Allow me to tell you about a low-stakes, high-impact activity that develops news literacy in students while assessing their ability to think critically about online sources. I do this with my seventh graders every week at the beginning of our library class. The activity works great as a Do-Now or an Exit Ticket. It could also be adapted to classroom practice in almost any content area.
Most school librarians use some type of evaluation mnemonic device to teach source evaluation. You’ve heard of them. You might RADAR, CRAAP, or even FART. I have always liked RADCAB, based on the wonderful work of Karen Christensson, but you can adapt this activity to your favorite evaluation acronym.
RADCAB stands for relevancy, appropriateness, detail, currency, authority, and bias. Over the years I have adapted some of Christensson’s definitions to hit on things I want older students to think about, but I remain true to the heart of RADCAB:
- Relevancy – Is this information going to help you answer your question? It might contain all the right key words, but is the content helpful?
- Appropriateness – Christensson’s definition is important to discuss, but I tell students I want them to consider reading level and text complexity here. Are you the intended audience? Are you reading an article that’s over (or under) your head?
- Detail – Is there enough? What’s missing?
- Currency – When was this published or produced? Is it current enough to answer the question?
- Authority – Why should we trust this source? What makes them an expert?
- Bias – Are you getting the whole picture?
We look at several websites together, discussing strengths and weaknesses. After we get comfortable with RADCAB, I tell them I want them to understand bias, but I’m also very interested in considering a source’s perspective. Then I summarily change RADCAB’s B to P.
Enter RADCAP Warm Ups
When students enter class, they immediately pull up our class site and open two links. The first is a Google form with a research question and a RADCAP Rubric that has been modified to a simple Likert scale. The Likert scale stops short of perspective. I want students to describe a source’s perspective as best they can, then provide textual or visual evidence to support their claim. That calls for writing.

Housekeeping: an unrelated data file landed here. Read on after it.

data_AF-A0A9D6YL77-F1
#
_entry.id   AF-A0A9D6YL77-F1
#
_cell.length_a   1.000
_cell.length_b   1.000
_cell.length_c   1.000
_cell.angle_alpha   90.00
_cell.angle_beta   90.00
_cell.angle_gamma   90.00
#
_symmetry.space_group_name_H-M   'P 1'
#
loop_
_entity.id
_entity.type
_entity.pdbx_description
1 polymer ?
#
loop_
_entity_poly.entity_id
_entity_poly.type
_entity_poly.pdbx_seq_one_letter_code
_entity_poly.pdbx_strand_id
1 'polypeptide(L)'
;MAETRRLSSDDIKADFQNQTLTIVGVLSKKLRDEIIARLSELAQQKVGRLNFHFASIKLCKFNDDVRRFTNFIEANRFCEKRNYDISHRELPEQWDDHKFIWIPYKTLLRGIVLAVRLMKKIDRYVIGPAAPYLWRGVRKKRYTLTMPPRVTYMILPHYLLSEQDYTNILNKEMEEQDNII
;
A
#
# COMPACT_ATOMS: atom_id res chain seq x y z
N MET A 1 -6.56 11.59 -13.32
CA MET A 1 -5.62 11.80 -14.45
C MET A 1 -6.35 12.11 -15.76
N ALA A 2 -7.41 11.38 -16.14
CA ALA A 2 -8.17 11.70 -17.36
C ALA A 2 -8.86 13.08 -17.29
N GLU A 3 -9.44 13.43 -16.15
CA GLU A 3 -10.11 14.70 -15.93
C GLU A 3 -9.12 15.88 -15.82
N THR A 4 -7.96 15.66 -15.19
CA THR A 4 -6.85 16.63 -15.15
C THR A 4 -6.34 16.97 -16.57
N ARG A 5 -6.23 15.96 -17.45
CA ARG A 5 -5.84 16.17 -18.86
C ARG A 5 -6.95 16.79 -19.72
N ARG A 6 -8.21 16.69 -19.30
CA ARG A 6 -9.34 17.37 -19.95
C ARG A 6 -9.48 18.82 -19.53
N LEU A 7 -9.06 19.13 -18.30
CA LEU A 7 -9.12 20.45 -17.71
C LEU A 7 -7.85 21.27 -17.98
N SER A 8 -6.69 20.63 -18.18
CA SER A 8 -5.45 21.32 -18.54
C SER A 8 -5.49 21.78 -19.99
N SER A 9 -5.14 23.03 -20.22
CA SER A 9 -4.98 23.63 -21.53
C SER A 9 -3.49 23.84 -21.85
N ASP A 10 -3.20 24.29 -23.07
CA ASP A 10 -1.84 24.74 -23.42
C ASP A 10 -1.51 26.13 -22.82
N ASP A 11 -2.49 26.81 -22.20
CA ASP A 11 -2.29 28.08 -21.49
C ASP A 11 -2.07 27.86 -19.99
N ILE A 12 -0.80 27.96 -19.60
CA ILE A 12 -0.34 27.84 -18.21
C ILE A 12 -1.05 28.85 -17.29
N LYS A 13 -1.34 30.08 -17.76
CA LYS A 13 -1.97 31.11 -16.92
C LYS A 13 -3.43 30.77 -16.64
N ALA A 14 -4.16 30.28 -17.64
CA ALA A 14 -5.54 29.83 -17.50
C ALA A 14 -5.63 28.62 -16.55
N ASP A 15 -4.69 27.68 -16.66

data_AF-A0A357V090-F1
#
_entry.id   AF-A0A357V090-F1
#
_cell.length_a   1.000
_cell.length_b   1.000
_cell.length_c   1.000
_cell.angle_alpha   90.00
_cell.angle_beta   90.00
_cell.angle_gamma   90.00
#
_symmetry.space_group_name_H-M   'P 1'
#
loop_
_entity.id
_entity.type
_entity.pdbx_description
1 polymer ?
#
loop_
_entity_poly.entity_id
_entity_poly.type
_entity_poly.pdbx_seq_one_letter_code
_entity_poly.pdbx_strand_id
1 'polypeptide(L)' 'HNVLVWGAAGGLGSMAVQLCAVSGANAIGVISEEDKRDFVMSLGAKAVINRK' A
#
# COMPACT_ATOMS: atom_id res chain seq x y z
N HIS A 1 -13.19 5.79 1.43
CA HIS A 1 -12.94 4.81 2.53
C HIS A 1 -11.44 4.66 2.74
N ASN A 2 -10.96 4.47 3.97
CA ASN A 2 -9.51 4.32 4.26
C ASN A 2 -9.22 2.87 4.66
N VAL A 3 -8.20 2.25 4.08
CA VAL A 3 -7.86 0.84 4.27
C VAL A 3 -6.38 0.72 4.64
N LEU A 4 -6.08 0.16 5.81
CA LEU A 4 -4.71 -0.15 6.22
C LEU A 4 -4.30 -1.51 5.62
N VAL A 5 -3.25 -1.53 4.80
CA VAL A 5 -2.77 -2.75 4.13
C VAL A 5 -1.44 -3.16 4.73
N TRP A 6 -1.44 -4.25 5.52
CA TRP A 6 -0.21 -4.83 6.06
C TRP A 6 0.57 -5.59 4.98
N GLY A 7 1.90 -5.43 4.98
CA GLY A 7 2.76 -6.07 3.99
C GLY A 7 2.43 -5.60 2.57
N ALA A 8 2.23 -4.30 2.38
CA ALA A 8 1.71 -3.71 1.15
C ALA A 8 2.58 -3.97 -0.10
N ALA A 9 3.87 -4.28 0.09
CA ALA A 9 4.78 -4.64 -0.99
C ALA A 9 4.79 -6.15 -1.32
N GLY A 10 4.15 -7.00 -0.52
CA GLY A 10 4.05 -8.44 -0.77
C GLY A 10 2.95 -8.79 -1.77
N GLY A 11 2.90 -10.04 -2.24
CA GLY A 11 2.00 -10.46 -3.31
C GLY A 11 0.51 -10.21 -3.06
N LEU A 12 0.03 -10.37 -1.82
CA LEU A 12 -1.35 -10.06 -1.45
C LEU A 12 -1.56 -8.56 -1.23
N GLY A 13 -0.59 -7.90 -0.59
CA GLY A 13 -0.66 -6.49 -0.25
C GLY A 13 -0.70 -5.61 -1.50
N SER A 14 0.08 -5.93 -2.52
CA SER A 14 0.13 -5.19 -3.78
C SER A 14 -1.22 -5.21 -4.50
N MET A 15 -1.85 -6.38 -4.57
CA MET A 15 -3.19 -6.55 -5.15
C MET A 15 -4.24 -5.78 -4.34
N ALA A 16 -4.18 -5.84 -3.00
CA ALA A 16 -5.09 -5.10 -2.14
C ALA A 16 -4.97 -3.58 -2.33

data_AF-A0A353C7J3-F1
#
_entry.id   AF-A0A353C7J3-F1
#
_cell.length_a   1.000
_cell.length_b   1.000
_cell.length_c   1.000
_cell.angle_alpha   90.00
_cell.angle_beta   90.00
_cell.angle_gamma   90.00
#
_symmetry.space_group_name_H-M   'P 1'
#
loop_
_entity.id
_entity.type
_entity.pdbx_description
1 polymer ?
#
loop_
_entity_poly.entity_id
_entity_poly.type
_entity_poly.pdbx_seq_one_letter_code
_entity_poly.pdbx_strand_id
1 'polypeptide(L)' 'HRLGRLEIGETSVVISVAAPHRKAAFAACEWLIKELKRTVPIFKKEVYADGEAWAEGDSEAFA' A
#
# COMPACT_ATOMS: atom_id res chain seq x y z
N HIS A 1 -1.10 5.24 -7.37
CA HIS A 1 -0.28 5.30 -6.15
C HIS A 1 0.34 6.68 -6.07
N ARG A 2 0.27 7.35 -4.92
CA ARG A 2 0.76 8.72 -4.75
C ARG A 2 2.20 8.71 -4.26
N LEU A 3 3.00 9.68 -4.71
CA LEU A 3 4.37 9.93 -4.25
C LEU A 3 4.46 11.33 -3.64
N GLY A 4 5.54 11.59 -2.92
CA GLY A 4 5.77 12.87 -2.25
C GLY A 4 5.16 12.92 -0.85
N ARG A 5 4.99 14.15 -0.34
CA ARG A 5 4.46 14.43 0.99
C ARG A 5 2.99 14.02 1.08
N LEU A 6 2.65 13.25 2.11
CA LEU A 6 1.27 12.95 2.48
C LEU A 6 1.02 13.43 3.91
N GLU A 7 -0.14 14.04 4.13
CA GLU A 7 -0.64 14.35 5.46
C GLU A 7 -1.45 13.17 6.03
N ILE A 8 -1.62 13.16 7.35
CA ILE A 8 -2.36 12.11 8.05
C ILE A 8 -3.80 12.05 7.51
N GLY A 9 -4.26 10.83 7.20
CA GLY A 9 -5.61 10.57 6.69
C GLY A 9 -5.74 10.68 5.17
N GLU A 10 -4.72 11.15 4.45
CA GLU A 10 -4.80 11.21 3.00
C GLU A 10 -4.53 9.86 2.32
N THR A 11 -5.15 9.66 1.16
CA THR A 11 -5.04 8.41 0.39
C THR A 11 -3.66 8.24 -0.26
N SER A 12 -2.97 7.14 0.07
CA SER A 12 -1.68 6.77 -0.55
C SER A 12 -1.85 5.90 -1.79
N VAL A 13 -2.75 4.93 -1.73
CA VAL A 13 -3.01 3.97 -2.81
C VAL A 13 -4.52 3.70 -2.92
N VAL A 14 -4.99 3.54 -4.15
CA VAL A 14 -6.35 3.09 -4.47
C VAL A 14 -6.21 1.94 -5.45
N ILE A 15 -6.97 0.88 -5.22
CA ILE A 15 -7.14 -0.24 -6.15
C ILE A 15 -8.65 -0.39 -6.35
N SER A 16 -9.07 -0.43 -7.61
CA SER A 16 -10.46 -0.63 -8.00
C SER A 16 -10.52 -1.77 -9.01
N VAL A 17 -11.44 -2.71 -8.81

The second link brings us to an article or website. For example:
Students investigate the website before submitting their responses through the Google form. They are encouraged to, in the words of the Stanford History Education Group, read laterally and open as many tabs as it takes to define unfamiliar words or perform background checks.¹ This requires some modeling. The rubric looks the same every week, but each time they analyze a different article or site.
The delightful twist is that students don’t see this rubric as a tool to measure their progress (which indeed it does), but as a tool they use to determine the quality of the article.
Here is where it gets really good. Display the Google sheet that is fed by your Google form (I project it on the wall). Tell students that their names will be displayed next to their answers. They will be contributing to a discussion happening both in person and online, and either way they are accountable for their answers.
Tell them you that you will cold call students to defend their responses. This might seem intimidating at first, but it’s really just the start of a facilitated discussion that allows for debate and nuance. You can differentiate on the go while looking at the spreadsheet, calling on students you know will do well with certain filters – one might be great about looking at currency; another will be excited to check the author’s background – and everyone you don’t cold call will want to comment as well. Students can change their answers throughout the conversation. We don’t always agree in every category and that’s part of the fun. Everyone gets to participate several times in what turns into a rousing conversation around source evaluation. After a few practice rounds, the whole procedure can be performed in 10 to 15 minutes.
An Assessment You Can Feel Good About
You are now collecting formative data in real time, all while discussing a variety of information sources related to any number of topics. You can look back at the spreadsheet with student responses for a deeper analysis. If you want this to be an individual performance task, ask students to do a silent solo version of the same activity. Either way, this is one of the rare assessments that gives as much as it gets. Through regular practice and guided conversation, students internalize methods for evaluating sources while you observe their progress.
¹McGrew, Sarah, Teresa Ortega, Joel Breakstone, and Sam Wineburg. “The Challenge That’s Bigger Than Fake News: Teaching Students to Engage in Civic Online Reasoning.” American Educator Fall (2017): 6.
This article is a must-read. McGrew et al. don’t have a lot of nice things to say about checklists. However, they highly recommend modeling lateral reading for students (8). I like to think I use one in the service of the other.